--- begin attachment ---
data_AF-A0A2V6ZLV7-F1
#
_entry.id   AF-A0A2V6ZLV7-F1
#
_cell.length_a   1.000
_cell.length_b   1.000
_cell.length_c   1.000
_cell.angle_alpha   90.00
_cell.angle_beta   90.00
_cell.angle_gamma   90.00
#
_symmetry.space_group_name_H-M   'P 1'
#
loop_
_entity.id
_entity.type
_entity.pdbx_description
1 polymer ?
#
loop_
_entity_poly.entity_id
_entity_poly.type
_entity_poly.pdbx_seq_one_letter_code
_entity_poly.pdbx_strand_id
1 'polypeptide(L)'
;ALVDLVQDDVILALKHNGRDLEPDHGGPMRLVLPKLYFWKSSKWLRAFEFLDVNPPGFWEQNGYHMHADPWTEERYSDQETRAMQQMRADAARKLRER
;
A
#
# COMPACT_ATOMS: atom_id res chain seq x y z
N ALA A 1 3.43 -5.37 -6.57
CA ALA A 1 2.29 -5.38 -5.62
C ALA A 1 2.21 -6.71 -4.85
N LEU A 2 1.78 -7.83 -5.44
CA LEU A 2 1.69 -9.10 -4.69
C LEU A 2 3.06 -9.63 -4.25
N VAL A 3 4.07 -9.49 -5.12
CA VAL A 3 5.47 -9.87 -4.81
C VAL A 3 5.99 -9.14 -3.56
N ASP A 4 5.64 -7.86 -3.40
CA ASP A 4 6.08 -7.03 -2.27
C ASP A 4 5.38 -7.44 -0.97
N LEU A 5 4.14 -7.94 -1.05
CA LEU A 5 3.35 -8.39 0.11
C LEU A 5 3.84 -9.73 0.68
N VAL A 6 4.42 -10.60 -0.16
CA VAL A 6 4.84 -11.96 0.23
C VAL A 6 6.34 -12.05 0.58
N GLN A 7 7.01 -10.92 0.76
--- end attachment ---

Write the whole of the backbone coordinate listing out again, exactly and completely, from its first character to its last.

data_AF-A0A2V6ZLV7-F1
#
_entry.id   AF-A0A2V6ZLV7-F1
#
_cell.length_a   1.000
_cell.length_b   1.000
_cell.length_c   1.000
_cell.angle_alpha   90.00
_cell.angle_beta   90.00
_cell.angle_gamma   90.00
#
_symmetry.space_group_name_H-M   'P 1'
#
loop_
_entity.id
_entity.type
_entity.pdbx_description
1 polymer ?
#
loop_
_entity_poly.entity_id
_entity_poly.type
_entity_poly.pdbx_seq_one_letter_code
_entity_poly.pdbx_strand_id
1 'polypeptide(L)'
;ALVDLVQDDVILALKHNGRDLEPDHGGPMRLVLPKLYFWKSSKWLRAFEFLDVNPPGFWEQNGYHMHADPWTEERYSDQETRAMQQMRADAARKLRER
;
A
#
# COMPACT_ATOMS: atom_id res chain seq x y z
N ALA A 1 3.43 -5.37 -6.57
CA ALA A 1 2.29 -5.38 -5.62
C ALA A 1 2.21 -6.71 -4.85
N LEU A 2 1.78 -7.83 -5.44
CA LEU A 2 1.69 -9.10 -4.69
C LEU A 2 3.06 -9.63 -4.25
N VAL A 3 4.07 -9.49 -5.12
CA VAL A 3 5.47 -9.87 -4.81
C VAL A 3 5.99 -9.14 -3.56
N ASP A 4 5.64 -7.86 -3.40
CA ASP A 4 6.08 -7.03 -2.27
C ASP A 4 5.38 -7.44 -0.97
N LEU A 5 4.14 -7.94 -1.05
CA LEU A 5 3.35 -8.39 0.11
C LEU A 5 3.84 -9.73 0.68
N VAL A 6 4.42 -10.60 -0.16
CA VAL A 6 4.84 -11.96 0.23
C VAL A 6 6.34 -12.05 0.58
N GLN A 7 7.01 -10.92 0.76